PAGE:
And adding to the confusion of two chambers, an arts building, arts group and an evolving tourism agency was a suggestion of the Tahoe Area Coordinating Council for the Disabled vying for space.
The full day left many appearing exhausted and scratching their heads.
Two of the nation’s largest public pension funds joined a group of investors, corporate leaders and California State Treasurer Bill Lockyer in a “call to action” on Monday to put pressure on a U.S. federal government they feel has not done enough to address the effects of climate change on the nation’s business community.
California’s Public Employees’ Retirement System and the California State Teachers’ Retirement System were among 65 signatories to the appeal.
“Global warming presents enormous risks and opportunities for U.S. businesses and investors,” said Fred Buenrostro, chief executive officer for CalPERS. “To tap American ingenuity and drive business to a leadership position in the low-carbon future, we need regulations to enable the markets to deploy capital and spur innovation.”
Cheryl Sillings, a financial consultant with Brookstreet Securities Corporation in South Lake Tahoe, felt the effects of climate change were still “under the radar” for a lot of local investors, but the stature of the retirement systems makes Monday’s announcement significant.
“They are two of the biggest holders of stock in the world, really,” said Sillings. “What they say has a lot of clout.”
State Treasurer Lockyer said the argument that it will take too many resources to properly address the effects of climate change persists, but he felt it to be incorrect. He believed just the opposite to be true, that it will cost too much for the federal government not to address the issue.
“States and local governments, no matter how aggressive, can only do so much. We need federal leadership now to preserve our future, safeguard our economic competitiveness, protect investors, and help businesses minimize their risks and maximize their opportunities,” said Lockyer in a telephone conference call. “The longer the federal government waits, the greater the cost our nation and its people will pay.”
In the “call to action,” the treasurer urged federal officials to develop a national policy to stabilize and eventually reduce emissions from 60 to 90 percent below 1990 levels by 2050.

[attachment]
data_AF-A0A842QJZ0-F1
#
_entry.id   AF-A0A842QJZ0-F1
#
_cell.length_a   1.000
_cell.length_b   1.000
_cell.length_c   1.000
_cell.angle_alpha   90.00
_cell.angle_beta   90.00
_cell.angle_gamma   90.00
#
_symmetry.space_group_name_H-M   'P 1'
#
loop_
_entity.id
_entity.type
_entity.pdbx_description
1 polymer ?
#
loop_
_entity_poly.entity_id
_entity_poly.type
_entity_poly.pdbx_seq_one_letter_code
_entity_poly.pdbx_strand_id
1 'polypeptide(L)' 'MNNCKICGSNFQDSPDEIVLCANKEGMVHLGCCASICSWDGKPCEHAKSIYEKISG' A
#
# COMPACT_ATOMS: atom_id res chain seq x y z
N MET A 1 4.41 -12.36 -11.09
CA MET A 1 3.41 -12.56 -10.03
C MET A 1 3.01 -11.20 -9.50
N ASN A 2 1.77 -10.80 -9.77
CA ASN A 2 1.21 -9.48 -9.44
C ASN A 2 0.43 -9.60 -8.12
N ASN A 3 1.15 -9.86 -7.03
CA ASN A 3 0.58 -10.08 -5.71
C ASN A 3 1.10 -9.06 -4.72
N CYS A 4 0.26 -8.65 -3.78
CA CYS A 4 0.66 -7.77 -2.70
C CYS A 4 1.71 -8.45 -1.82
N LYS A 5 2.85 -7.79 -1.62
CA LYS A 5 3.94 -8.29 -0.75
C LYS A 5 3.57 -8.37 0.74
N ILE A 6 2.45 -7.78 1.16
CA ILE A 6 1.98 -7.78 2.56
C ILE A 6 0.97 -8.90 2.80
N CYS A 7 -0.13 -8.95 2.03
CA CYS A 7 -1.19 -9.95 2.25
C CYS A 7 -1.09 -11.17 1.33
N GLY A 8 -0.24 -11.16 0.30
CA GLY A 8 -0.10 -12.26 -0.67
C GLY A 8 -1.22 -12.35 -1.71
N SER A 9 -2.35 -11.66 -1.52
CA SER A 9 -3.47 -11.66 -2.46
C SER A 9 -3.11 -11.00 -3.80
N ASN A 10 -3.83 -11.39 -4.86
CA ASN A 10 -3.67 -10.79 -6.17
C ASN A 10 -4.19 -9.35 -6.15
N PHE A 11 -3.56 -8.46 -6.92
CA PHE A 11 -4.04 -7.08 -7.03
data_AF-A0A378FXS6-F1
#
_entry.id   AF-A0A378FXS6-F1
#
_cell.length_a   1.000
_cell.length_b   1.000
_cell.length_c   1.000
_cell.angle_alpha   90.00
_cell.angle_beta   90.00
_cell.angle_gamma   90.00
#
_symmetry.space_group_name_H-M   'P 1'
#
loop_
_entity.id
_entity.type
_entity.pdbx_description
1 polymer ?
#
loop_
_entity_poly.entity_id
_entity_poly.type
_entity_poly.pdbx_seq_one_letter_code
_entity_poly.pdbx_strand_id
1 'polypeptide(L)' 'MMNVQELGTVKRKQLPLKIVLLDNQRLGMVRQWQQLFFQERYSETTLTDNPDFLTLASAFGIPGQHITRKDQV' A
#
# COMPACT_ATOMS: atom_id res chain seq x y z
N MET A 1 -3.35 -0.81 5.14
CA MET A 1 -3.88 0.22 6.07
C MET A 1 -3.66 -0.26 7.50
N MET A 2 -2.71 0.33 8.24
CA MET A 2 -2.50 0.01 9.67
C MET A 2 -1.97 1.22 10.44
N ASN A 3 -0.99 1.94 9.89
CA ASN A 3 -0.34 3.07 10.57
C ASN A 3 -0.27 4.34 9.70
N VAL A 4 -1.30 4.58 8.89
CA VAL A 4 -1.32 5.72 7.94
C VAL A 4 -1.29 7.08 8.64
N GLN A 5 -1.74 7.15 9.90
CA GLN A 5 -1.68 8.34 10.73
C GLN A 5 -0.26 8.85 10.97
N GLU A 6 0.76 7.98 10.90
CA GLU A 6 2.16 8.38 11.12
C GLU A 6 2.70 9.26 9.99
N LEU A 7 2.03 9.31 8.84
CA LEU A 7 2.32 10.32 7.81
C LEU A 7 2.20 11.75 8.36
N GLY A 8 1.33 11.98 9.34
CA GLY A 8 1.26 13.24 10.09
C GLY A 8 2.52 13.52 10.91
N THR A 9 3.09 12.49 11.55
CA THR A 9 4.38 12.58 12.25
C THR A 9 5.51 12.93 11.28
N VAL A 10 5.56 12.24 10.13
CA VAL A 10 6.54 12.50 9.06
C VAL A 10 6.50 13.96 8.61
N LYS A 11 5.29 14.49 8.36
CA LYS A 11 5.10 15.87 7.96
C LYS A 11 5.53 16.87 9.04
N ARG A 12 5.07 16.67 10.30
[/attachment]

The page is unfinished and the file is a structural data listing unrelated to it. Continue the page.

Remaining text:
The group’s recommended policies also included incentives to develop cleaner and more efficient technologies and a request for the federal government to help investors and businesses better understand the risks and opportunities presented by climate change.
While sets of tire chains sat in their summer hiding places through much of this winter, a user-friendly new product could relegate traditionally frustrating chains to the garage for a larger part of winter seasons to come.
The AutoSock is “a fabric-based traction aid for cars and trucks that is easy to mount and provides a satisfactory grip on slippery surfaces,” according to company documents. “Specially patterned fibers optimize grip on slick surfaces by managing the thin layer of water on top of ice and snow.”
This layer of water allows skiers and snowboarders to slide down local mountainsides, but, in this instance, the water has been harnessed for the opposite effect.
“We took the friction theories from the skiing industry,” said Lars Saeboe, CEO of AutoSock, in a presentation at Harrah’s last Wednesday night. “But we don’t want glide, we want grip.”
After the presentation, much debate surrounded whether or not the AutoSock would effectively pass chain control checkpoints.
Although the product is perfectly legal, it doesn’t actually fall under the category of a “chain” in California. Chains are required to be made of metal under California law.
Representatives of the company said they were working with California and other states to modify the existing statutes, but the most important factor in their opinion, was to educate front-line Caltrans employees so they would be familiar with the product if it comes rolling through Meyers.
This education effort got off to a good start last Thursday morning during a demonstration of the product near Echo Summit.
Many Caltrans employees from the Meyers office were in attendance to see the AutoSock help a two-wheel drive sedan repeatedly achieve an uphill start on an otherwise treacherous stretch of snow-covered road.
Jack Tomkin, equipment manager for Caltrans, described the product’s performance as “pretty Impressive,” with his statement echoed by other Caltrans employees in attendance.
The product does have its limitations though.
AutoSock is not designed to barrel through deep snow because it does not have the same digging power as traditional tire chains.
While the traction aid may not be the equivalent to your powder skis, it may actually perform better on ice in terms of stopping power than traditional chains, according to Saeboe.
The user-friendliness of the product remained one of it’s main selling points throughout the demonstration.
Since the AutoSock can be quickly and easily applied to a car’s wheels to gain traction, it could allow people to get out of the house when road conditions deteriorate and they would prefer to stay at home rather than go through the hassle of putting on chains to travel short distances.
Jon Bergum-Furustez, sales engineer for AutoSock and former Incline Village resident, noted the AutoSock would be especially convenient in the Tahoe area for quick jaunts from unplowed side streets to frequently clear, main thoroughfares.
More information about the AutoSock, including purchasing information, can be found at http://www.autosock.us.